Architect William Carpenter, FAIA, PhD is a busy guy. In addition to being the founding principal of Lightroom Studio, Carpenter works as a professor at the Kennesaw State University School of Architecture and is soon to be president of the Atlanta chapter of the American Institute of Architects (AIA). Educated at Birmingham Institute of Art and Design in the United Kingdom (PhD), Virginia Polytechnic Institute and State University (masters) and Mississippi State University (bachelors), Carpenter has been in practice for 25 years. Since the early 1990s, he's been based in Atlanta and is known for cutting-edge contemporary architecture, fitting modern designs into historic contexts. He is also a champion of preserving Atlanta's Modern Architecture gems. In this week's installment of Field Note Fridays, Carpenter chats about huge local losses, new media and more.
CURBED ATLANTA: Not just an architectural practice, Lightroom bills itself as a firm for "architecture and new media." Can you briefly explain what that means, why you practice beyond the realm of just brick and mortar architecture and the intersection between the elements of your practice?
William Carpenter, FAIA PhD: We create website[s], branding and graphic design as well as modern architecture. The cross disciplinary approach allows us to work at an array of scales.
CURBED: Lightroom's architectural style is sleek and elegant. How do you approach a new project and what drives you in your approach to architecture?
CARPENTER: Every project is site specific; we spend a great amount of time working with our clients to define the needs and then doing research and studying the sites. The approach is derived from the site and client needs.
CURBED: The distinctly contemporary buildings you design are likely often at odds with the prevailing style of places you design for. Have you ever met with opposition, how do you approach contextualizing your designs within more traditional settings and how do you meld styles together (like in your addition at Candler Park)?
CARPENTER: I think at Candler Park we really got a great deal of support from the neighborhood. For the Leila House we had to work closely with the mayor and the city council in order to interpret the guidelines to create a modern house in the historic MAK district.
CURBED: You are a proponent of preservation of modern buildings in Atlanta. What qualities do you see in modernism and what makes buildings that many would see as run-of-the-mill midcentury worth preserving?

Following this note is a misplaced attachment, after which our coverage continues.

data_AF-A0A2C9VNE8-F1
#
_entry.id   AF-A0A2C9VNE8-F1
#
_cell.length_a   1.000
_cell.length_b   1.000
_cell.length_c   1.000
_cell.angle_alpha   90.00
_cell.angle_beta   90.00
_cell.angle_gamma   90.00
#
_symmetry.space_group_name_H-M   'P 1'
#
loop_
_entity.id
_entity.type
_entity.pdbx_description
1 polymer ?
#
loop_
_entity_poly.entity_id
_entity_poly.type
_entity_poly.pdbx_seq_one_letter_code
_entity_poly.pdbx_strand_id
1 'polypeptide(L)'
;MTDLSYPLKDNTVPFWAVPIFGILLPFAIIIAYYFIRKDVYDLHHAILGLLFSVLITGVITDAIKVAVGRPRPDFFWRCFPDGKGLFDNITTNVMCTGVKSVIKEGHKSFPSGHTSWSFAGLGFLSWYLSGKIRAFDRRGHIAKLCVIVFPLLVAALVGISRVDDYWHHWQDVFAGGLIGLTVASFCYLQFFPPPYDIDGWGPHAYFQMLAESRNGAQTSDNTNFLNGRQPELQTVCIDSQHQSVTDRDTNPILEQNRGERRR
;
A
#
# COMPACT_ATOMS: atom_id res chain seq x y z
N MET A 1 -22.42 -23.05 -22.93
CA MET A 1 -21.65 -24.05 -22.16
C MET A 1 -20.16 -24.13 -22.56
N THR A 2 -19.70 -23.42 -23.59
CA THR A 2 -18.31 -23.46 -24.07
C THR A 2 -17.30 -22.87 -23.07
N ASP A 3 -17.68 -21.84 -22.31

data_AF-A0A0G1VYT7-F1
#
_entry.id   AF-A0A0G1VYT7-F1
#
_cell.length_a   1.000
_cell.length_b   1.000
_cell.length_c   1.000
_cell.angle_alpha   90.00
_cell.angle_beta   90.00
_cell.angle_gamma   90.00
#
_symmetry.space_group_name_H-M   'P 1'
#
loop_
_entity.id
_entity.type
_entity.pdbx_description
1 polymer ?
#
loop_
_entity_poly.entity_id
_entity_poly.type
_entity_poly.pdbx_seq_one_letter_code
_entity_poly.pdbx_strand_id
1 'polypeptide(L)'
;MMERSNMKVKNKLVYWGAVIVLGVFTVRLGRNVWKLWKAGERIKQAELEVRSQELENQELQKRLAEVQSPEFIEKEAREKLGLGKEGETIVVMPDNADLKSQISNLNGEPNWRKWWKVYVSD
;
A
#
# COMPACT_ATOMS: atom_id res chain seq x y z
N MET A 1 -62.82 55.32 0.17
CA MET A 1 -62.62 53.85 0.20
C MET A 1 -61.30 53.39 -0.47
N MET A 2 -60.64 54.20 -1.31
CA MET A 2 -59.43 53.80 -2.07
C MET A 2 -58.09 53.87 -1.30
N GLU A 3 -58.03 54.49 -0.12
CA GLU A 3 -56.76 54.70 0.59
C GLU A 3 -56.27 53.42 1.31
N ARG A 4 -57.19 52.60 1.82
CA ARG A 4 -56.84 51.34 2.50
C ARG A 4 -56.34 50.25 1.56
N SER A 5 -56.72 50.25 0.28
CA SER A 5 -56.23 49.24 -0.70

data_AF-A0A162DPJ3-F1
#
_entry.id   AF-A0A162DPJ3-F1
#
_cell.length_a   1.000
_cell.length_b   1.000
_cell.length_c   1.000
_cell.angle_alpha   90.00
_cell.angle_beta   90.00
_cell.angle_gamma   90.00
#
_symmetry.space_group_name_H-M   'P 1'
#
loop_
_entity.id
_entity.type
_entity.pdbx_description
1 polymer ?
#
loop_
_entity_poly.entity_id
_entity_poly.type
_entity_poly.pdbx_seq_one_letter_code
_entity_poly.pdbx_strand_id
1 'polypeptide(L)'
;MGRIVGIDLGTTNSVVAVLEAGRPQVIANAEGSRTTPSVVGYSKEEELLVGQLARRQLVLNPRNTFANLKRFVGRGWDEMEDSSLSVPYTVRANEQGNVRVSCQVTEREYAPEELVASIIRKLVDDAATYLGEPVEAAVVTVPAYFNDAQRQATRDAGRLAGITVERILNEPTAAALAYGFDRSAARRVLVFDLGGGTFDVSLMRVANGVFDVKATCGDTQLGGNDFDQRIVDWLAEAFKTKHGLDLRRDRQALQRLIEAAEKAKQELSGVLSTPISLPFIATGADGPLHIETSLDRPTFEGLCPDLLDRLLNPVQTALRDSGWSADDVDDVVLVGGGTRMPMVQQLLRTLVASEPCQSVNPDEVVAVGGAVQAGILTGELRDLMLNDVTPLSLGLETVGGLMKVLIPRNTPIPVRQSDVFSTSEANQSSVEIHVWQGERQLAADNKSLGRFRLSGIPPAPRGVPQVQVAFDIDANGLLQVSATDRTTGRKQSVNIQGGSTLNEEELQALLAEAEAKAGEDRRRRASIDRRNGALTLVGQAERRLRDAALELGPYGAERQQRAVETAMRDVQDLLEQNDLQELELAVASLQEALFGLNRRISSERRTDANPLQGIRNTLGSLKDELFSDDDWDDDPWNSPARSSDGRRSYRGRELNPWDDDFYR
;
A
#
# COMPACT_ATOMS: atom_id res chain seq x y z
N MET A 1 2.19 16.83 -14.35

CARPENTER: That's true. I believe that modern architecture and many buildings in Atlanta are worth preserving. For me, losing the Bruce Goff Mercedes dealership in Buckhead and the Turner Center at Emory by Mack Scogin Merrill Elam were huge losses for the city.
CURBED: And what are some of your favorites that are in need of preservation?
CARPENTER: I love the library at Decatur High School; it has such an optimistic concept; floating the knowledge above the students as they enter school.
CURBED: Often, outcry for preservation focuses on more traditionally styled structures, while modern buildings slip under the radar. What can people do to advocate for the preservation of modern buildings in Atlanta?
CARPENTER: The American Institute of Architects (Atlanta and Georgia) has a very strong voice; I think groups like Modern Atlanta also help to gather public interests and help create a larger collective voice. We worked hard to help save the Bell Building downtown recently.
CURBED: Lightroom put its studio in Decatur on the market a month ago. What prompted the move and do you have any plans for a new space?
CARPENTER: We are designing Lightroom 3.0 which will be very exciting working together with one of our clients. People approached us about possibly selling Lightroom 2.0 and so we are considering that possibility.
CURBED: Finally, what places in Atlanta do you love the most?
CARPENTER: Lullwater Park and L5P.